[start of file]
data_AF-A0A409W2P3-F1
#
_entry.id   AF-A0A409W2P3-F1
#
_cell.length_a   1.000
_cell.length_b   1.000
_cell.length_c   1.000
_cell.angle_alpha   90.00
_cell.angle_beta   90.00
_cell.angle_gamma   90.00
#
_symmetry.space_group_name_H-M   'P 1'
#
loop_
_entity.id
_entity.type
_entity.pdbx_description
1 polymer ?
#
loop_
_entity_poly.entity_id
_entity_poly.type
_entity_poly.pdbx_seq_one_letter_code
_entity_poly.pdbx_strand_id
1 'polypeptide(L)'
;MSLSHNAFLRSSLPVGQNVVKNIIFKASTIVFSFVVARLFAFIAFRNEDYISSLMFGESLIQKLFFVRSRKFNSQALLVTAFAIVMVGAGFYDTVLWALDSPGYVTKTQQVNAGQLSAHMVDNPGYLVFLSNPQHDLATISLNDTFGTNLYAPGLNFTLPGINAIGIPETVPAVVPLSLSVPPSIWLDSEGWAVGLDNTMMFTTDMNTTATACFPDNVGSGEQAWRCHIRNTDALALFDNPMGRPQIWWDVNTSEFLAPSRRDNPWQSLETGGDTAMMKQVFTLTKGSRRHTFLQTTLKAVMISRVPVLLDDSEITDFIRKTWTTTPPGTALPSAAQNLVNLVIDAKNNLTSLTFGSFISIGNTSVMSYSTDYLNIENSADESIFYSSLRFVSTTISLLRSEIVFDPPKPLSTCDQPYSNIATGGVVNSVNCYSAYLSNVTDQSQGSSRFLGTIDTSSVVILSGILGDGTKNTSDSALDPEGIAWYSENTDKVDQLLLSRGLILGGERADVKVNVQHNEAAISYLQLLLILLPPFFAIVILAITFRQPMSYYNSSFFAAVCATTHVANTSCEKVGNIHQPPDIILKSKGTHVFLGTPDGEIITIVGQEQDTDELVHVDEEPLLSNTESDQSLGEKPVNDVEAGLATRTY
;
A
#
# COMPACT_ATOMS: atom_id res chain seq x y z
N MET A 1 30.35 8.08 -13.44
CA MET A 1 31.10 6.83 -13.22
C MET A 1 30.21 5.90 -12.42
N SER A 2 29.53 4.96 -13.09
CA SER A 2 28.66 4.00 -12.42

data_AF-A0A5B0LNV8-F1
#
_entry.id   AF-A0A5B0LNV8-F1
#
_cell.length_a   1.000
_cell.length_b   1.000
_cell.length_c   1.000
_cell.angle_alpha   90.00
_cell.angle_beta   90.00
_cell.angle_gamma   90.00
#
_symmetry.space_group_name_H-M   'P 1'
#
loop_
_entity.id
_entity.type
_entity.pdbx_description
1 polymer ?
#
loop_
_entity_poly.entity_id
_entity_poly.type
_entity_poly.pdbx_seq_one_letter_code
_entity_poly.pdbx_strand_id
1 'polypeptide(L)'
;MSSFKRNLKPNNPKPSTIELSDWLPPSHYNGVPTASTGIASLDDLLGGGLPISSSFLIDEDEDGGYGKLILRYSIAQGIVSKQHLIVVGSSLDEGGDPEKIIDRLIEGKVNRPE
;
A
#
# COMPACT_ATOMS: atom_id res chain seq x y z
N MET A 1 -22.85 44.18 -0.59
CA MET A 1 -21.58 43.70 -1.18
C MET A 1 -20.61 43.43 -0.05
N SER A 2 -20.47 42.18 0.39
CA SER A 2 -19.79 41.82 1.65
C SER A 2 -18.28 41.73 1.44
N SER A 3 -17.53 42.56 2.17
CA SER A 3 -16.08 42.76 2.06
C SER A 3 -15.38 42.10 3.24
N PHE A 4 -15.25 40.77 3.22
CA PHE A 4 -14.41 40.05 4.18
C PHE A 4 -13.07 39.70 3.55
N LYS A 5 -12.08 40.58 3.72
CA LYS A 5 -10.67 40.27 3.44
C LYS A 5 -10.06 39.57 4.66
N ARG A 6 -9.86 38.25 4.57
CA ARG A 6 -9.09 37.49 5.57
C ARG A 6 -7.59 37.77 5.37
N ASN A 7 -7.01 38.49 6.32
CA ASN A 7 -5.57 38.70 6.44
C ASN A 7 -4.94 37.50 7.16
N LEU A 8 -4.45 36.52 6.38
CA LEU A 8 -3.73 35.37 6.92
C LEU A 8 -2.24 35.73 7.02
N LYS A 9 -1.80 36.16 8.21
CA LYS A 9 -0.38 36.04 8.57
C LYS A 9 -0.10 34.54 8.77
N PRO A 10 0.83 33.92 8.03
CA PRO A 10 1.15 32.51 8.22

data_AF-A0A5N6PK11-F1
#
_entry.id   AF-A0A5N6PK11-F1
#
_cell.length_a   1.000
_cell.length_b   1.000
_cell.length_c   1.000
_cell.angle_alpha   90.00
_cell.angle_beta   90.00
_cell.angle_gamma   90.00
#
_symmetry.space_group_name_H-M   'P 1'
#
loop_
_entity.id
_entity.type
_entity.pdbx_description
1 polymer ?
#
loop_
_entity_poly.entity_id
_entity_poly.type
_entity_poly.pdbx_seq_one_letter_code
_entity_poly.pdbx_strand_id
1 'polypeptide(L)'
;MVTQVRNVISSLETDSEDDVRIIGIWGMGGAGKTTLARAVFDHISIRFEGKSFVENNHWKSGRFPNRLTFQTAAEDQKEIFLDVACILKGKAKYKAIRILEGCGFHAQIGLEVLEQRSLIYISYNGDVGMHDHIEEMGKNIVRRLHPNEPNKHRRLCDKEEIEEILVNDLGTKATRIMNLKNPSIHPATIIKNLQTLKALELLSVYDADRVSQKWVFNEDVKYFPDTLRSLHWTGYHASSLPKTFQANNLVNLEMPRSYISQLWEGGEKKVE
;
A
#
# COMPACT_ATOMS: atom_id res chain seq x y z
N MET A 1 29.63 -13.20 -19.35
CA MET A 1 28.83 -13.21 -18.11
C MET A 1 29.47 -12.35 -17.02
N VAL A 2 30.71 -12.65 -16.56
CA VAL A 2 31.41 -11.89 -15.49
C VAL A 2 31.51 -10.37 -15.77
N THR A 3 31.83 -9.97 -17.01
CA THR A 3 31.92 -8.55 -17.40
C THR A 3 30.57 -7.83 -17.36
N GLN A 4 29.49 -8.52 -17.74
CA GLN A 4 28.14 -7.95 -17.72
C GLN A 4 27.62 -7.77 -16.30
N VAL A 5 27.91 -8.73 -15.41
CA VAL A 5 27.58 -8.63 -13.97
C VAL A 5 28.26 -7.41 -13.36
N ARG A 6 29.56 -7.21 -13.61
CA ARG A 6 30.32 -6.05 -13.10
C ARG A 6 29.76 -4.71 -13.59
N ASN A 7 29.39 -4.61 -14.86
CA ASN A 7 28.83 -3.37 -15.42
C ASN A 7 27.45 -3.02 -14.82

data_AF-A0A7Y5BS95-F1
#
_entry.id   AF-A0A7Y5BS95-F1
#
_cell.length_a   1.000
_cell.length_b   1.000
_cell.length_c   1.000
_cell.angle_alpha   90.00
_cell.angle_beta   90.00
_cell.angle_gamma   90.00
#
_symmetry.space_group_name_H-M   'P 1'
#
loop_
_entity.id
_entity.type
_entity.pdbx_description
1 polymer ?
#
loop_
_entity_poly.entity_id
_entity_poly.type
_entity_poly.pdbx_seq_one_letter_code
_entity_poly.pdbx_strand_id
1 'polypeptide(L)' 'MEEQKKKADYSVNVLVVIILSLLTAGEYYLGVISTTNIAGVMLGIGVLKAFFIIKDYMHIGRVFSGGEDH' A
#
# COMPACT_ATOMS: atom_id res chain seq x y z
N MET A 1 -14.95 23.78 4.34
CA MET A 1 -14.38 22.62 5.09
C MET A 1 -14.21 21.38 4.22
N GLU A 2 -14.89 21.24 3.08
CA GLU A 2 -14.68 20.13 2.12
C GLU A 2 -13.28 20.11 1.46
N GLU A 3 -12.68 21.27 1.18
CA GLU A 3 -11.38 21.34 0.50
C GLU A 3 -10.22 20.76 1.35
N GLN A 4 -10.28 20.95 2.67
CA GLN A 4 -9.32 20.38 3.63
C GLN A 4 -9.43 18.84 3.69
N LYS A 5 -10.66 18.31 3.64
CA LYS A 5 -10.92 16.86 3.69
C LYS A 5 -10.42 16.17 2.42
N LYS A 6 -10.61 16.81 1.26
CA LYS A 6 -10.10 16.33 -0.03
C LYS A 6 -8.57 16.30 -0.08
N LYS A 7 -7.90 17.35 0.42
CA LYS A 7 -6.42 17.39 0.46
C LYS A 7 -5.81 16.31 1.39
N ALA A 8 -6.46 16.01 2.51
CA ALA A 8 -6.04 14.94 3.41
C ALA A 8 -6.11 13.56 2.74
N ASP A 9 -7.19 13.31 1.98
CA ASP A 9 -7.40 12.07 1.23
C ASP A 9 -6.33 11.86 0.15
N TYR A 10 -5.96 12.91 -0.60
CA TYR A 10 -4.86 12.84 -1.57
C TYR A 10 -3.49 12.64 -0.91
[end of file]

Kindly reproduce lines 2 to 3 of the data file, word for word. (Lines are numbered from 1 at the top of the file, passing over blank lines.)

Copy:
#
_entry.id   AF-A0A409W2P3-F1